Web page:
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Stanford University School of Medicine

High-value oncology practices include “support for the patient journey”

Earlier this week I wrote about a landmark paper in the Annals of Family Medicine in which Stanford researchers, led by health care policy expert Arnold Milstein, MD, identified tangible changes physicians and health care organization could implement to better deliver high-quality, low-cost care to primary care patients. The intersection of these two goals is known as "high-value" care, and it's an important goal for physicians, legislators and insurers nationwide who are working together to lower skyrocketing health care costs in this country.

Now Milstein and Stanford oncologist Douglas Blayney, MD, have published a similar paper in JAMA Oncology detailing a parallel study in oncology care.

As Blayney, who is the former director of the Stanford Cancer Institute, explained in our release:

Cancer care is expensive, and physicians and insurers sometimes question the value of the non-medical or non-clinical services that we provide for patients. Here, we identify for the first time specific aspects of high-quality, low-cost care that provide value for patients and payers and that can be adopted by doctors and organizations across the country.

The researchers found that, in addition to an early discussion with each patient of the limitations, expectations and goals of cancer care, aspects of high-value care often centered around what they termed "support for the patient journey." These included the early involvement and normalization of palliative care -- not just for end-of-life issues, but also to help alleviate or manage treatment side effects; the availability of a dedicated outpatient facility for cancer patients to address their urgent care needs in an ambulatory care setting; and the designation of a point person to help patients with common problems including navigating an often confusing health care system, concerns about financing or transportation issues and where to turn for social and emotional support.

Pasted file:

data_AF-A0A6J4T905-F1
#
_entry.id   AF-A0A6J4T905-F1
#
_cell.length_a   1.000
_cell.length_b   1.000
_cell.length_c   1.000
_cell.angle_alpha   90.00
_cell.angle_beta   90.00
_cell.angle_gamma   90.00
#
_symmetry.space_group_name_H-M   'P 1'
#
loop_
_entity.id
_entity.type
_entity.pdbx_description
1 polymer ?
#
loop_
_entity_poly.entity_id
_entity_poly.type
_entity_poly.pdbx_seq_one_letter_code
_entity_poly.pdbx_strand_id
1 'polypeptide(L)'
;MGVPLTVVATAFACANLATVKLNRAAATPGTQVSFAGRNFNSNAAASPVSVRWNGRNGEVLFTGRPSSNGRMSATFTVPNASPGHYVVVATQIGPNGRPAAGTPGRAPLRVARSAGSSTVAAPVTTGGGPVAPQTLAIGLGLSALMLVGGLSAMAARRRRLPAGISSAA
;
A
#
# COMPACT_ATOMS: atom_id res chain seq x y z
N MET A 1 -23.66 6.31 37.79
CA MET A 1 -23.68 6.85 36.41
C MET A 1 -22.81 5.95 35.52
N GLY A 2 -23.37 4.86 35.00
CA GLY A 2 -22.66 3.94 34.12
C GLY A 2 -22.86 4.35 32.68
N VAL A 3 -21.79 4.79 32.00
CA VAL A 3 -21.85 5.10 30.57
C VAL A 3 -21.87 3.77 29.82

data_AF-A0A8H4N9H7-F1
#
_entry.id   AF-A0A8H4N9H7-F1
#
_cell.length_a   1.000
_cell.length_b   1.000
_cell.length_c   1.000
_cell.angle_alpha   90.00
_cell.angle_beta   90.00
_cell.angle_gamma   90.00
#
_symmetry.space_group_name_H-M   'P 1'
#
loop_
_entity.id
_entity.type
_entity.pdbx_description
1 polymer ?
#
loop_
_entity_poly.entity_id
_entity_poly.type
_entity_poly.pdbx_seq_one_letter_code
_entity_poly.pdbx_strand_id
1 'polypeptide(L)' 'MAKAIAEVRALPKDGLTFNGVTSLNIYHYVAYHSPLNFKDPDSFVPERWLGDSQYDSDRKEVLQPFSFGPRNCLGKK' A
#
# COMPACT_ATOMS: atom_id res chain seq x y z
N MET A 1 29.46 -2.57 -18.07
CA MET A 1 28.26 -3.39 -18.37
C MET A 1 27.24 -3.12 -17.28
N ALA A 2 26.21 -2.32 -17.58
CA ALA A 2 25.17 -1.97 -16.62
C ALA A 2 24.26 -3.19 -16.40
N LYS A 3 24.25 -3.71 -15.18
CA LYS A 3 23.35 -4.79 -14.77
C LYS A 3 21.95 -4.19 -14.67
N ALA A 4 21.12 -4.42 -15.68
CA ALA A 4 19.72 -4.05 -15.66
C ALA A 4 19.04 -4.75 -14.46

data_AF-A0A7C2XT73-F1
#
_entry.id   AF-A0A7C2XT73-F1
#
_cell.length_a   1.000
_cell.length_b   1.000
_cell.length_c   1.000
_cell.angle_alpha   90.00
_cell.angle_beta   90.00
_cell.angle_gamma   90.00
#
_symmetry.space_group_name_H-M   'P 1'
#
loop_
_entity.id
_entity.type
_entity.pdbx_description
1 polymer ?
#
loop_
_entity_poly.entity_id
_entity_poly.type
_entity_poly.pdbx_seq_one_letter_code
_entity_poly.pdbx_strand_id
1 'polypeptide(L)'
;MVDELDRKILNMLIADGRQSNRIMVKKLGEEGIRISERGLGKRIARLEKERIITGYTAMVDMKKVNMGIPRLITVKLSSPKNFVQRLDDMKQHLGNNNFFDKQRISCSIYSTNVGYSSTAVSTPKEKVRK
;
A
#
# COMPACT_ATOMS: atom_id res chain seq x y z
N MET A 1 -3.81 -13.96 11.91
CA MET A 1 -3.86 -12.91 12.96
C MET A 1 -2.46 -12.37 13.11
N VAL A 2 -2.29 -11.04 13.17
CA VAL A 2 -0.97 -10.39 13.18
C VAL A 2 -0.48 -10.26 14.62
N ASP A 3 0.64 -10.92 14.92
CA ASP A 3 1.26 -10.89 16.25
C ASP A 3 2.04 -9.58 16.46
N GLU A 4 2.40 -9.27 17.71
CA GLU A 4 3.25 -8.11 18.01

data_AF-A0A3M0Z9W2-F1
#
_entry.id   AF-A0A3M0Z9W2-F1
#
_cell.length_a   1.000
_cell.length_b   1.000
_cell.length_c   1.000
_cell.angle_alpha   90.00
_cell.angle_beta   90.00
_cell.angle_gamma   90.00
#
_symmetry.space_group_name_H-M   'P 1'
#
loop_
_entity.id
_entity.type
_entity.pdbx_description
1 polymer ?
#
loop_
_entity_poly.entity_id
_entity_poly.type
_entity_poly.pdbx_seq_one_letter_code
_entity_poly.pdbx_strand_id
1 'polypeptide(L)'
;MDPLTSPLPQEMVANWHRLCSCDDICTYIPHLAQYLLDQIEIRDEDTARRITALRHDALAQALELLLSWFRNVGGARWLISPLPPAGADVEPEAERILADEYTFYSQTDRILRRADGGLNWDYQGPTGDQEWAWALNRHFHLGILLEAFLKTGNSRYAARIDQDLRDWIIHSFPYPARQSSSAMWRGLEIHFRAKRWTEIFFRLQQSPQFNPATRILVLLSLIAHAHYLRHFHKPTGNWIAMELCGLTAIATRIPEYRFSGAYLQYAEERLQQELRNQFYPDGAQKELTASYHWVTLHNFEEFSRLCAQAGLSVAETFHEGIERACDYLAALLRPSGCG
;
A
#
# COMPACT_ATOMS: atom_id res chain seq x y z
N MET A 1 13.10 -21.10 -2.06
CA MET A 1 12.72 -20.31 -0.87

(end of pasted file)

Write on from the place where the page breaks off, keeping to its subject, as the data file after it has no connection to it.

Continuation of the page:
"Our findings suggest that many of the places that provide high-value care are also particularly good at providing these often unreimbursed, non-medical services," Blayney said.

Milstein is the the director of Stanford's Clinical Excellence Research Center, the first university-based research center exclusively dedicated to discovering, testing and evaluating cost-saving innovations in clinically excellent care. As in the primary care paper, he and the authors of the current study hope that their findings help many more oncology care practices achieve the high-value care designation.

Previously: Identifying 'high-value' practices in primary care; a Stanford study pinpoints key attributesA glimpse inside Stanford Coordinated Care, an innovative model of health care and Spotting stellar primary care practices, Stanford study identifies 10 practices that lead to excellence

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